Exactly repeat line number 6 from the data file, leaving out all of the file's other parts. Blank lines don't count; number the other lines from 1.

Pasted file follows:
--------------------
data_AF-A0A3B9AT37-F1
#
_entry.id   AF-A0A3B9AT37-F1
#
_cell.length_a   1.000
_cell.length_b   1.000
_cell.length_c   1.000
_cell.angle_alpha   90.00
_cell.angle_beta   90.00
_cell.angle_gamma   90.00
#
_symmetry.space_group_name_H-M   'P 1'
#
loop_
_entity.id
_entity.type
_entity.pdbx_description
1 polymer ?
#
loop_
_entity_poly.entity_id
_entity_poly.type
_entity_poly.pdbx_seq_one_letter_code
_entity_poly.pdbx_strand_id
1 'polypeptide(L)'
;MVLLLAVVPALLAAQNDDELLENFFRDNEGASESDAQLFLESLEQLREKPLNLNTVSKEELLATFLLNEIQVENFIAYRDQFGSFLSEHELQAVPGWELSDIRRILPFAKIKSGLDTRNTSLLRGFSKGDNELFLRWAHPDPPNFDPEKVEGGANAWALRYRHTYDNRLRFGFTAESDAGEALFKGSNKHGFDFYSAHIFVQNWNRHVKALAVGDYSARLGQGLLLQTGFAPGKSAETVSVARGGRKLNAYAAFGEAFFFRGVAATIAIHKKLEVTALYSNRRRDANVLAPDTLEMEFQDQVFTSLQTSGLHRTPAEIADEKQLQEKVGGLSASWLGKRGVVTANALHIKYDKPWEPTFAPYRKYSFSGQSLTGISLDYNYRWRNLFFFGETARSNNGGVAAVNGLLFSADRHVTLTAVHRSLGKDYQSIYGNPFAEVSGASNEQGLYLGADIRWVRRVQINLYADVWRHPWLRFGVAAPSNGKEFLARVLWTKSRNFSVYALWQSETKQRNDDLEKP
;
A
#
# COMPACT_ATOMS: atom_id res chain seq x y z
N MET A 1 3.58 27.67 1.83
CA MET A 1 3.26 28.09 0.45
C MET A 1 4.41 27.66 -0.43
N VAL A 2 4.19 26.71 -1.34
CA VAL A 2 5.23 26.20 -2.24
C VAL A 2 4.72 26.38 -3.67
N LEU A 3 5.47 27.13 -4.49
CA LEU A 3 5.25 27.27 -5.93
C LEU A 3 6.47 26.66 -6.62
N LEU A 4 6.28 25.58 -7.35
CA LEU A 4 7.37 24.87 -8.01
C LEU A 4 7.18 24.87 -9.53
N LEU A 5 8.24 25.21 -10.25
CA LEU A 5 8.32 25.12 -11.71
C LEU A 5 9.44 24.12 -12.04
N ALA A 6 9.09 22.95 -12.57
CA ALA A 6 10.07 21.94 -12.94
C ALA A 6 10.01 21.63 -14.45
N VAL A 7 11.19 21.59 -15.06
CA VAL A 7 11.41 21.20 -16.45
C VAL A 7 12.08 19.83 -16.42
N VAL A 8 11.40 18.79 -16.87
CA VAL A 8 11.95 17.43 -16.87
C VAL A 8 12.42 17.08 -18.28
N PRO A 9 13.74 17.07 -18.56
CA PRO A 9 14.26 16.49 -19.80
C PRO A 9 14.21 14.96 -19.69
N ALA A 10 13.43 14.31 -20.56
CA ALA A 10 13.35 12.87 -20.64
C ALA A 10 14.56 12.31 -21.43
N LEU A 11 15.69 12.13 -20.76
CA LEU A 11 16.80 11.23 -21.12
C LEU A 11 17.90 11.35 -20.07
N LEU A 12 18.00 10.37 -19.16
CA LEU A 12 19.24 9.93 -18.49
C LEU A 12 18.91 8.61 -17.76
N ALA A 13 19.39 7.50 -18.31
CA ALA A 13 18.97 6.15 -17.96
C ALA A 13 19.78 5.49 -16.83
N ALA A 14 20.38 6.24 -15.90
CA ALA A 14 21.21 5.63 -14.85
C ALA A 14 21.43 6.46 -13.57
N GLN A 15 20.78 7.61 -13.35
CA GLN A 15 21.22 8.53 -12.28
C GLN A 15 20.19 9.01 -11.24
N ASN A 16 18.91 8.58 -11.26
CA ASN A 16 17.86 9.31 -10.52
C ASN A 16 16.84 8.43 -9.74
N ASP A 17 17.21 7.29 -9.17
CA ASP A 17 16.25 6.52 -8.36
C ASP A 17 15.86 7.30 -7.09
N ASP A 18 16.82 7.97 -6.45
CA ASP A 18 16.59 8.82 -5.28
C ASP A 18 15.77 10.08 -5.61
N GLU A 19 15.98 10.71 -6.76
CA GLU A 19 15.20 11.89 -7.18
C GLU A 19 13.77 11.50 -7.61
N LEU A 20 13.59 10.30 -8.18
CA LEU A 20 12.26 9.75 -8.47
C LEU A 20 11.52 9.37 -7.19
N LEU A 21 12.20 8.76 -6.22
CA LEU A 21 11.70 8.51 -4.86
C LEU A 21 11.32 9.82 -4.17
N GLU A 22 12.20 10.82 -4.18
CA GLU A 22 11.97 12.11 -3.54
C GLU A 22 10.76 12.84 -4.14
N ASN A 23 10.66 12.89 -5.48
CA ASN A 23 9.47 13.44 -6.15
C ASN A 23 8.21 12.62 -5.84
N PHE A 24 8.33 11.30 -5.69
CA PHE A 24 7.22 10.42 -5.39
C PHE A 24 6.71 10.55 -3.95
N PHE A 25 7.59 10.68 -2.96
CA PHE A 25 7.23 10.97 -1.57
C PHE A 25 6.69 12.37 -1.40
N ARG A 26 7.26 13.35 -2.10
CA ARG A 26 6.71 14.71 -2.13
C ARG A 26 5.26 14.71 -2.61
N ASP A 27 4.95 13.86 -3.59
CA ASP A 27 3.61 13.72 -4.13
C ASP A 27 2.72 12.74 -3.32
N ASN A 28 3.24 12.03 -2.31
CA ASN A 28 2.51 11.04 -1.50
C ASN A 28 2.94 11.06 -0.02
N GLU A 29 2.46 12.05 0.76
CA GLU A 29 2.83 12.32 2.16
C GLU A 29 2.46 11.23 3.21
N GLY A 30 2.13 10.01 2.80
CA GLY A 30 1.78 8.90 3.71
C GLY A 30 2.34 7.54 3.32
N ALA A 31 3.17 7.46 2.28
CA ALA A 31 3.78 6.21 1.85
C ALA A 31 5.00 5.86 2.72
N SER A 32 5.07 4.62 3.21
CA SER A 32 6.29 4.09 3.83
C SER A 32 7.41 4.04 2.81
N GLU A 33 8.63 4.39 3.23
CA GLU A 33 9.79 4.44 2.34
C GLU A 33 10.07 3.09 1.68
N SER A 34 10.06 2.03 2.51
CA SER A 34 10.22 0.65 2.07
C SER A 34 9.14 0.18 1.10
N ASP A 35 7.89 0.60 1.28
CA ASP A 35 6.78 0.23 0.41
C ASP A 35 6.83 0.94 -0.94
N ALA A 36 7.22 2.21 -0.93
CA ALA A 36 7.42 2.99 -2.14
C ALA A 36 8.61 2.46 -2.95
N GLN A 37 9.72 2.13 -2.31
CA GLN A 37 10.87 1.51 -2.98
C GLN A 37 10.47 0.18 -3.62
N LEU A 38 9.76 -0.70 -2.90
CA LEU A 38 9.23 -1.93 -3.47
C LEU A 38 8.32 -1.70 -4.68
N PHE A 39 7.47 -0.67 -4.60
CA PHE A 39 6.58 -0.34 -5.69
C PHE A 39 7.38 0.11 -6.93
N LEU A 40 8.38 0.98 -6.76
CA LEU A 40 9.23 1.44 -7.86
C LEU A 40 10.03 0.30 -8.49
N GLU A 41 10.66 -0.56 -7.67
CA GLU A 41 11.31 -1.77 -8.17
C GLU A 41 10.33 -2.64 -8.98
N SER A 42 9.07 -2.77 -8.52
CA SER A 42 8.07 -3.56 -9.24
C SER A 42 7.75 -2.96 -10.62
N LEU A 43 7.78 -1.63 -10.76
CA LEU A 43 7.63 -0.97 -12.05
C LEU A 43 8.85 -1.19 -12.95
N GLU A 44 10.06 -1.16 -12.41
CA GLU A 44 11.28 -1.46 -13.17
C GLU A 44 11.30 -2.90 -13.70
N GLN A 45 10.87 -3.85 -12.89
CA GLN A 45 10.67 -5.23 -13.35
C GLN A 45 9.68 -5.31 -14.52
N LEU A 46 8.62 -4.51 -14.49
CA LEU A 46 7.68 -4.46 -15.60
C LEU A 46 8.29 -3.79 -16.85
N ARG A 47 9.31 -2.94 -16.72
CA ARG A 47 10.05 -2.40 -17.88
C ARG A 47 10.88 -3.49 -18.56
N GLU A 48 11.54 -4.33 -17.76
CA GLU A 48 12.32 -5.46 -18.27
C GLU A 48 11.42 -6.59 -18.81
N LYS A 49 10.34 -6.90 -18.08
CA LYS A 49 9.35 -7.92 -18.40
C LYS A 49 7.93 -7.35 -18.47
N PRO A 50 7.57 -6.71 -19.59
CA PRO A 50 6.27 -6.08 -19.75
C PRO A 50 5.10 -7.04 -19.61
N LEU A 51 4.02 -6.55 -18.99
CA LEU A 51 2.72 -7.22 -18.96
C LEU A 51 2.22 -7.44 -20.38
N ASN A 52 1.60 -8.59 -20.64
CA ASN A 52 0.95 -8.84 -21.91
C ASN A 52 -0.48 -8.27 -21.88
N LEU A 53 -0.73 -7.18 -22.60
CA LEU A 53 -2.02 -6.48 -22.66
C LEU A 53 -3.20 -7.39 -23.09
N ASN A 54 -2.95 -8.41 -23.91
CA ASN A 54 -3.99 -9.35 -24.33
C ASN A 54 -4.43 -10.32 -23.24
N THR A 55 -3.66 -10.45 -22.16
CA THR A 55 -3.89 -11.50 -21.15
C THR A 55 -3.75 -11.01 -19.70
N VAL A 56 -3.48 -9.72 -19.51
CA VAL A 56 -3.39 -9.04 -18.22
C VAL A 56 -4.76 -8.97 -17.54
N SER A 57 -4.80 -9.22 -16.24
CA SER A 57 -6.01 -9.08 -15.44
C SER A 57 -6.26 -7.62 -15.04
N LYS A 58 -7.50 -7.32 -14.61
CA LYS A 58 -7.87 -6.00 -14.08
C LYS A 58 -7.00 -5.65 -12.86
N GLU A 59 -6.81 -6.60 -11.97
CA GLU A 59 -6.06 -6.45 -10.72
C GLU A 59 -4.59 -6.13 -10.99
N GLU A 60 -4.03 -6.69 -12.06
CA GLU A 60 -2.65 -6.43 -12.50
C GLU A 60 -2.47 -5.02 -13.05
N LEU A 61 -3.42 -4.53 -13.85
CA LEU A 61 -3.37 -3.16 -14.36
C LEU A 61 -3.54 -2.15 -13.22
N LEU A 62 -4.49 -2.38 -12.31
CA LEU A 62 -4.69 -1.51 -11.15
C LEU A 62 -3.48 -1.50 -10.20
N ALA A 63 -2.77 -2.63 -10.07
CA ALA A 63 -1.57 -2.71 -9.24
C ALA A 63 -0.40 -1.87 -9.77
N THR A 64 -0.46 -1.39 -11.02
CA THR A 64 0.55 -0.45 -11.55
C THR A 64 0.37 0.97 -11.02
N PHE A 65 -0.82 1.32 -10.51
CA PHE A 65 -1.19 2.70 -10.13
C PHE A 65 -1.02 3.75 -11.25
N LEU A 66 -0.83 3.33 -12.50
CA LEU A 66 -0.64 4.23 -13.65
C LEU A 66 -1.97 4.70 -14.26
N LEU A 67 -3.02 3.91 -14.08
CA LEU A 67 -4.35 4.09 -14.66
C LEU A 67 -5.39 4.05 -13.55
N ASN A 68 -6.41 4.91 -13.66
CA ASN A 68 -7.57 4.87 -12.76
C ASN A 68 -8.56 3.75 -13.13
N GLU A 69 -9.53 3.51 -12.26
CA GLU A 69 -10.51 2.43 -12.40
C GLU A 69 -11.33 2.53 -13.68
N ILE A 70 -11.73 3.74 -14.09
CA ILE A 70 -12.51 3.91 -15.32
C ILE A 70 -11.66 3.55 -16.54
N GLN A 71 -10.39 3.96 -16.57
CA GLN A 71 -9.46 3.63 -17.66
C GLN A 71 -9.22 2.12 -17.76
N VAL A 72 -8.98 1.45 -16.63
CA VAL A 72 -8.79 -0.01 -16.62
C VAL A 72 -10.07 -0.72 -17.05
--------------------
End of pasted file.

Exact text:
_cell.length_b   1.000